Senior Lecturer, Griffith University

Dr John Fan is a Senior Lecturer in Finance at Griffith Business School. John's research interests lay in asset pricing and investment management, with expertise in Quantitative Strategies, Commodities, Carbon Emissions Trading and ESG Integration. His current research focuses on the construction of investment strategies for institutional investors.

  • Sustainable factor investing: Where doing well meets doing good

    John Fan    John Hua Fan, Lachlan Michalski
    24 Apr 2019

    Analysis of the impact of ESG integration on systematic factors in Australian equities shows that simultaneously exploiting ESG scores with quality, momentum and size characteristics outperforms standard factor strategies.
  • No more excuses! Performance of ESG integrated portfolios in Australia

    John Fan    Darren D. Lee, John Hua Fan, Victor S. H. Wong
    23 Feb 2018

    We find compelling evidence that integrating ESG (Environment, Social and Governance) into ongoing investment practices in Australia does not harm returns, limit diversification nor adds additional risk to portfolios and investments formed from high ESG rated firms. Portfolios formed from high-rated ESG firms can provide significant outperformance, superior diversification and lower overall portfolio risk when compared to portfolios comprised of low ESG rated firms. The inclusion of ESG into investment strategies in Australia is consistent with maximising shareholder value, minimising risk and is consistent with the fiduciary responsibilities required of professional asset managers and owners.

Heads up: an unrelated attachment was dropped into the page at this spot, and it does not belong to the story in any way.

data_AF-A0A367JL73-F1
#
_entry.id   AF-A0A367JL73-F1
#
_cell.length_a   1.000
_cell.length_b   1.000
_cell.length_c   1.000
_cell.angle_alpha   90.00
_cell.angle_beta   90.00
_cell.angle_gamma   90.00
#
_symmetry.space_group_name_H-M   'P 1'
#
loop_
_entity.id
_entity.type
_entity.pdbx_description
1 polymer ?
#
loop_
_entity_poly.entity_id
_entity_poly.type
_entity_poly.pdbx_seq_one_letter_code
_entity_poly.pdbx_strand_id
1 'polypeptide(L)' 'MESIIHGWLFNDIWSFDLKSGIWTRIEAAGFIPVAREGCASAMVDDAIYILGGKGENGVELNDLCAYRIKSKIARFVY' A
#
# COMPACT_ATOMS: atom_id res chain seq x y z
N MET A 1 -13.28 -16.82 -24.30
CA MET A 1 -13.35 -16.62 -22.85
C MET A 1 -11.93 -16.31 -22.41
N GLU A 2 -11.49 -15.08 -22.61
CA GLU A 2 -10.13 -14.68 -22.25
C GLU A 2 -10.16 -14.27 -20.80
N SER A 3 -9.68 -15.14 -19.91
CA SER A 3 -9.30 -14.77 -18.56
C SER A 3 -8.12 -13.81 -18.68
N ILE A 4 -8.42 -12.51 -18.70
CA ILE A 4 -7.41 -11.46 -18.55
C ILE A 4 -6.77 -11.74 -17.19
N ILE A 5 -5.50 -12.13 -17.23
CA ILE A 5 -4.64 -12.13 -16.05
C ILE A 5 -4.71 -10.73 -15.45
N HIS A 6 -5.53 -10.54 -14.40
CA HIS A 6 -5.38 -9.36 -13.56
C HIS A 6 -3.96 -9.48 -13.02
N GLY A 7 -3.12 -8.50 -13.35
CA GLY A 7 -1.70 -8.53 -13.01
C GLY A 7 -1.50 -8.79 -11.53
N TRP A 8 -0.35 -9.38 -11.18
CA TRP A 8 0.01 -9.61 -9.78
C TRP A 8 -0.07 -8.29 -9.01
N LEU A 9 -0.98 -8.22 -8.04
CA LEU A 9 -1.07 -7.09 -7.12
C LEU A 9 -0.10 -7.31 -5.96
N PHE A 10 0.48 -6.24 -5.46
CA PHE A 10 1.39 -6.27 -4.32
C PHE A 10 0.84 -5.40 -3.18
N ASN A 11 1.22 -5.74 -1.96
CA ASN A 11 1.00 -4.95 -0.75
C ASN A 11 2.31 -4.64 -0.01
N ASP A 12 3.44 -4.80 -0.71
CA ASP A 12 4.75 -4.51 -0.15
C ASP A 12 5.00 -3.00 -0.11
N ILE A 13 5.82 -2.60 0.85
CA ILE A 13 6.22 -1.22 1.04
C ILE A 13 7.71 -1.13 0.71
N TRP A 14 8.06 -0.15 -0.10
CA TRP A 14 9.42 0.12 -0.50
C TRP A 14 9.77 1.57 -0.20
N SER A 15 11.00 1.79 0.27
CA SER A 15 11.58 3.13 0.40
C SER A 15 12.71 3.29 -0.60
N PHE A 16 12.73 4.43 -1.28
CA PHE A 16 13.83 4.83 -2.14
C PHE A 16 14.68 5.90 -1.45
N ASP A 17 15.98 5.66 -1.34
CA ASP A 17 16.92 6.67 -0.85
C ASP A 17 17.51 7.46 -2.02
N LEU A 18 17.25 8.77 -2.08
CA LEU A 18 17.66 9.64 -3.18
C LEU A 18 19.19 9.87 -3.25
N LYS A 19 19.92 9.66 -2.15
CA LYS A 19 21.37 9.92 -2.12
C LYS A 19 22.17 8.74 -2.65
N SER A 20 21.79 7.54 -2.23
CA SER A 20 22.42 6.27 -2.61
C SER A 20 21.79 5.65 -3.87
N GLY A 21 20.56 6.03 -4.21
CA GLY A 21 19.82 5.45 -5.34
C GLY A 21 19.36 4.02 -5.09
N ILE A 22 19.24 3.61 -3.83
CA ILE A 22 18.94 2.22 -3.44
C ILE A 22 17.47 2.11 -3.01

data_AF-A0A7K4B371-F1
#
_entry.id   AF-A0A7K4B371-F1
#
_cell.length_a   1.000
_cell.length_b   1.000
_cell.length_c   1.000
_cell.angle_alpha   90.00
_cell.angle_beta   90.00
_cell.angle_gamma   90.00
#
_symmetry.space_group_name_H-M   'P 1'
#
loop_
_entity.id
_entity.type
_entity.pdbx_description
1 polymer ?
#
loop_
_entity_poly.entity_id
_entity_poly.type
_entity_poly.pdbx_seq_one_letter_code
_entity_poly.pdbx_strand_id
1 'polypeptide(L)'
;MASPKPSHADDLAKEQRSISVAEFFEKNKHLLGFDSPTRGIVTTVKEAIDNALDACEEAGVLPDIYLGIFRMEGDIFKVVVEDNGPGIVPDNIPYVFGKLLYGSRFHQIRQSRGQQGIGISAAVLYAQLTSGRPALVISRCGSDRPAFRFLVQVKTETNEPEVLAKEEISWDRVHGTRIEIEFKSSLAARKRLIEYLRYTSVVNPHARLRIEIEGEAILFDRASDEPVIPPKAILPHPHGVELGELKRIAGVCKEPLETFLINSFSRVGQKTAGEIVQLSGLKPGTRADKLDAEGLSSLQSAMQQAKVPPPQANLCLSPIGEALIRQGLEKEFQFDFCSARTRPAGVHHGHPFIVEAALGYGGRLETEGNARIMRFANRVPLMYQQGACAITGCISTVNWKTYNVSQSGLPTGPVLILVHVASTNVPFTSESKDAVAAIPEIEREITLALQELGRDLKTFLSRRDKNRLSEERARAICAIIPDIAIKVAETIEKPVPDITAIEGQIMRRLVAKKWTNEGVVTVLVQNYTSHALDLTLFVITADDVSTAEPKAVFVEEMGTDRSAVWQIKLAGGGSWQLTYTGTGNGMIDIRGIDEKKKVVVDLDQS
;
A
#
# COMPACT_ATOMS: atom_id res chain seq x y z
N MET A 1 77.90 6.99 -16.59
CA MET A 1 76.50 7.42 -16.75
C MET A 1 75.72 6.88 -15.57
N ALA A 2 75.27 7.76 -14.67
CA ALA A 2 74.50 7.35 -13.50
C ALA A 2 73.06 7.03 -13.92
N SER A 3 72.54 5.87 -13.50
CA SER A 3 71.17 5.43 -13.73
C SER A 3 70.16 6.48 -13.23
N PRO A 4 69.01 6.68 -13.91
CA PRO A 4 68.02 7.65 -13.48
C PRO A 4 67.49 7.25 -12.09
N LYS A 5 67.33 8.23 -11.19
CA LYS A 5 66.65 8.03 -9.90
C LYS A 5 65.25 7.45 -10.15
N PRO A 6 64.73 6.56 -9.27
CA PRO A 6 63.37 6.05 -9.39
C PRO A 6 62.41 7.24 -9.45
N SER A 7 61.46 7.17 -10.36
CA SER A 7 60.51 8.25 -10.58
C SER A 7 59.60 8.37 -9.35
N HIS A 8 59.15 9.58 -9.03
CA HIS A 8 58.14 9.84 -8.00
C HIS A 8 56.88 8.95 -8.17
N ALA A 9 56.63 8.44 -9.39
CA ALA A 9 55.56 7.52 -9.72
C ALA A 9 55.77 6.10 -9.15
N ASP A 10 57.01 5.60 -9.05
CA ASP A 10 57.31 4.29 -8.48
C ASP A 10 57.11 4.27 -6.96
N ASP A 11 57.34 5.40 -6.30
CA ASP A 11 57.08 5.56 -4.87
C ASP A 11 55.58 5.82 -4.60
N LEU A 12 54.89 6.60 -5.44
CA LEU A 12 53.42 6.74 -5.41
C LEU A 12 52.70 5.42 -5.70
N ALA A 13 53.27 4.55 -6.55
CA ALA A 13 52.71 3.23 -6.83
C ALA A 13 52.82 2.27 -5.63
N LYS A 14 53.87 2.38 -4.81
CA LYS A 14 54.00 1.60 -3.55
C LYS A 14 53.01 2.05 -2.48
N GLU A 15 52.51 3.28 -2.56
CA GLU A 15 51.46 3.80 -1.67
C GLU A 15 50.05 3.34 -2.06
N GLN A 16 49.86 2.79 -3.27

• Demystifying commodity futures in China

    John Fan    John Hua Fan, Tingxi Zhang
    22 Feb 2018

    This paper presents the most comprehensive study to date on commodity futures in China. We find that passive long-only investments deliver poor economic returns. Among 12 long-short strategies examined, momentum and term structure strategies generate statistically significant economic profits in nearby and distant contracts, illiquid markets and randomly selected commodity sectors. Our results cannot be attributed to aggregate market risks, none-tradable macroeconomic risks, commodity specific risks, market sentiment, transactions costs and data-snooping. We show that liquidity, anchoring bias and regulation induced limits-to-arbitrage provide at least a partial explanation. Furthermore, our findings suggest that long-short strategies that exploit past returns and hedging pressure make excellent candidates for hedging against movements in traditional assets in China. This paper also highlights the urgency to establish a CFTC-type repository for positions data that distinguish hedgers and speculators. Such data are essential to assess the effectiveness of risk transfers in these markets.